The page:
Deep Learning (DL) systems are key enablers for engineering intelligent applications due to their ability to solve complex tasks such as image recognition and machine translation. Nevertheless, using DL systems in safety- and security-critical applications requires to provide testing evidence for their dependable operation. Recent research in this direction focuses on adapting testing criteria from traditional software engineering as a means of increasing confidence for their correct behaviour. However, they are inadequate in capturing the intrinsic properties exhibited by these systems. We bridge this gap by introducing DeepImportance, a systematic testing methodology accompanied by an Importance-Driven (IDC) test adequacy criterion for DL systems. Applying IDC enables to establish a layer-wise functional understanding of the importance of DL system components and use this information to guide the generation of semantically-diverse test sets. Our empirical evaluation on several DL systems, across multiple DL datasets and with state-of-the-art adversarial generation techniques demonstrates the usefulness and effectiveness of DeepImportance and its ability to guide the engineering of more robust DL systems.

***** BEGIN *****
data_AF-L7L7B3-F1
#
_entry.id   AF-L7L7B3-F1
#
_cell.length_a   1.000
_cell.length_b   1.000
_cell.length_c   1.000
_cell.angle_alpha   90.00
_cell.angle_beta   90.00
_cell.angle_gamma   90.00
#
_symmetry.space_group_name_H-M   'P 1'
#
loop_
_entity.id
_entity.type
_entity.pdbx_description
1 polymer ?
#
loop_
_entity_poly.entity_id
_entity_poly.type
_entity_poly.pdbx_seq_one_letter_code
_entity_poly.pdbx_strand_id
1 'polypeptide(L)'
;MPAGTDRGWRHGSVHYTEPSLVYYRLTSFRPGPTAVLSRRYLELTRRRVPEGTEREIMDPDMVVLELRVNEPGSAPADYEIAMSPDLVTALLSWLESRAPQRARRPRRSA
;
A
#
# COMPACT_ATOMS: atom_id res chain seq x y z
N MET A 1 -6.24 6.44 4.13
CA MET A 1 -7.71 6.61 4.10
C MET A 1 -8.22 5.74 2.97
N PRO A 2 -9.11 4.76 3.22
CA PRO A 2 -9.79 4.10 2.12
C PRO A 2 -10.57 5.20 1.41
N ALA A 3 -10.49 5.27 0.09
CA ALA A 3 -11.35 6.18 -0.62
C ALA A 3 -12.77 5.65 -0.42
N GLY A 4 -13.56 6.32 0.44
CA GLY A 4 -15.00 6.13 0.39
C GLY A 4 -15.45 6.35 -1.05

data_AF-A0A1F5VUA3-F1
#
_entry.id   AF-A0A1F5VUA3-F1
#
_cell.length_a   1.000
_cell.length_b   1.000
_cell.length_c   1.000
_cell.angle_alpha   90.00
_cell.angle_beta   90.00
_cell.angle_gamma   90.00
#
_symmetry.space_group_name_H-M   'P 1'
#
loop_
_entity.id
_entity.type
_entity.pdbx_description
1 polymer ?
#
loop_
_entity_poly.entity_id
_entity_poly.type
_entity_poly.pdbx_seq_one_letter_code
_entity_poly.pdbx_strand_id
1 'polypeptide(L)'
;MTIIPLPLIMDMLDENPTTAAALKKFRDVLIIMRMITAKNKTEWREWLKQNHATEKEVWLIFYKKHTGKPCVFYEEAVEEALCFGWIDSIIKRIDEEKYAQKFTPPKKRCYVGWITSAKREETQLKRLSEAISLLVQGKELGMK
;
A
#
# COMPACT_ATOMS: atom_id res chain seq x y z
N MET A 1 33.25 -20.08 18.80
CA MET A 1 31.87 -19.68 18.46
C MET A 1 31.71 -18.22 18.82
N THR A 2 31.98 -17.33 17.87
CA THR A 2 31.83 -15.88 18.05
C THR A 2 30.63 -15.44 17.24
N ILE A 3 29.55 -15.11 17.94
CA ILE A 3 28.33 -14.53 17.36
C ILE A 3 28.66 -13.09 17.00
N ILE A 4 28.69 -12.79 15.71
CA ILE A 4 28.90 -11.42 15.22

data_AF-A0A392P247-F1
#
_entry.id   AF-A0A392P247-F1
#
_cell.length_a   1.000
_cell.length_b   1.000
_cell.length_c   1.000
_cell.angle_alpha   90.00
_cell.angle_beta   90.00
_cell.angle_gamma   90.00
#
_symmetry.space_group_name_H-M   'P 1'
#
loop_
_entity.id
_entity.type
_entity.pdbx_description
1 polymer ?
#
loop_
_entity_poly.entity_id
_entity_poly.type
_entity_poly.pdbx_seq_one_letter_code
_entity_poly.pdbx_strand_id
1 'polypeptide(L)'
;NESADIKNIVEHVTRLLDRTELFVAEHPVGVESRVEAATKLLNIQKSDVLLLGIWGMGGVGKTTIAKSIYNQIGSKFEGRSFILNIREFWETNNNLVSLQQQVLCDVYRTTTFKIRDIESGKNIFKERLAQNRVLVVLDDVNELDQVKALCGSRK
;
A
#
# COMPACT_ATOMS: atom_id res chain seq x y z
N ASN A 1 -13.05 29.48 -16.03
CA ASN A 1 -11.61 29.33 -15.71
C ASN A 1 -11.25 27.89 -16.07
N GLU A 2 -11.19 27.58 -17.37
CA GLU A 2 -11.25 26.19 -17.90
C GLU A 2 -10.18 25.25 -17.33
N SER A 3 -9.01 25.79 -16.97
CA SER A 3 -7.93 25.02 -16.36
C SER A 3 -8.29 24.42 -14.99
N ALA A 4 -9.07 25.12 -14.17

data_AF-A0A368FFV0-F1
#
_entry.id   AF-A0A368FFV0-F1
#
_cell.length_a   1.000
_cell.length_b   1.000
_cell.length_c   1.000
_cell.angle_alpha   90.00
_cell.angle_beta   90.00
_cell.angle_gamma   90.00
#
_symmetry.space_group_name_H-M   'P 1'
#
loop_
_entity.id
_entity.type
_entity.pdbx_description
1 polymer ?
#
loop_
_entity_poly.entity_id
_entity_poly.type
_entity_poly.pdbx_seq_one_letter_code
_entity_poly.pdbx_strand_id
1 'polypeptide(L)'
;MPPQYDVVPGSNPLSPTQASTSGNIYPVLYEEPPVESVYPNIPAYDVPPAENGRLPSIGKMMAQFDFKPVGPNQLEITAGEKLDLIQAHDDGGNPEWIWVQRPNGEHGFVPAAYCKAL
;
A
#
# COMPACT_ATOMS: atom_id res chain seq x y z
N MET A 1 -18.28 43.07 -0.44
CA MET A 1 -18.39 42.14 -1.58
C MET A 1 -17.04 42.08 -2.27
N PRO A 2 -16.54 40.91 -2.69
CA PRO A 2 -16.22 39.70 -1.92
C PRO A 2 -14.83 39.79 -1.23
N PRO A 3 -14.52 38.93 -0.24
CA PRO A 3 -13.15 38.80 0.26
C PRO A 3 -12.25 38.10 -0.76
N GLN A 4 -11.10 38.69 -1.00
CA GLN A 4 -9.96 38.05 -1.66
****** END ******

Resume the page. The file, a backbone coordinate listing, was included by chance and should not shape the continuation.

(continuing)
Publication details

JournalCEUR Workshop Proceedings
DatePublished - 6 Dec 2019
Volume2513
Number of pages14
Pages (from-to)67-80
Original languageEnglish

Abstract

Domain-specific languages enable concise and precise formalization of domain concepts and promote direct employment by domain experts. Therefore, syntactic constructs are introduced to empower users to associate concepts and relationships with visual textual symbols. Model-based language engineering facilitates the description of concepts and relationships in an abstract manner. However, concrete representations are commonly attached to abstract domain representations, such as annotations in metamodels, or directly encoded into language grammar and thus introduce redundancy between metamodel elements and grammar elements. In this work we propose an approach that enables autonomous development and maintenance of domain concepts and textual language notations in a distinctive and metamodel-agnostic manner by employing style models containing grammar rule templates and injection-based property selection. We provide an implementation and showcase the proposed notationspecification language in a comparison with state of the art practices during the creation of notations for an executable domain-specific modeling language based on the Eclipse Modeling Framework and Xtext.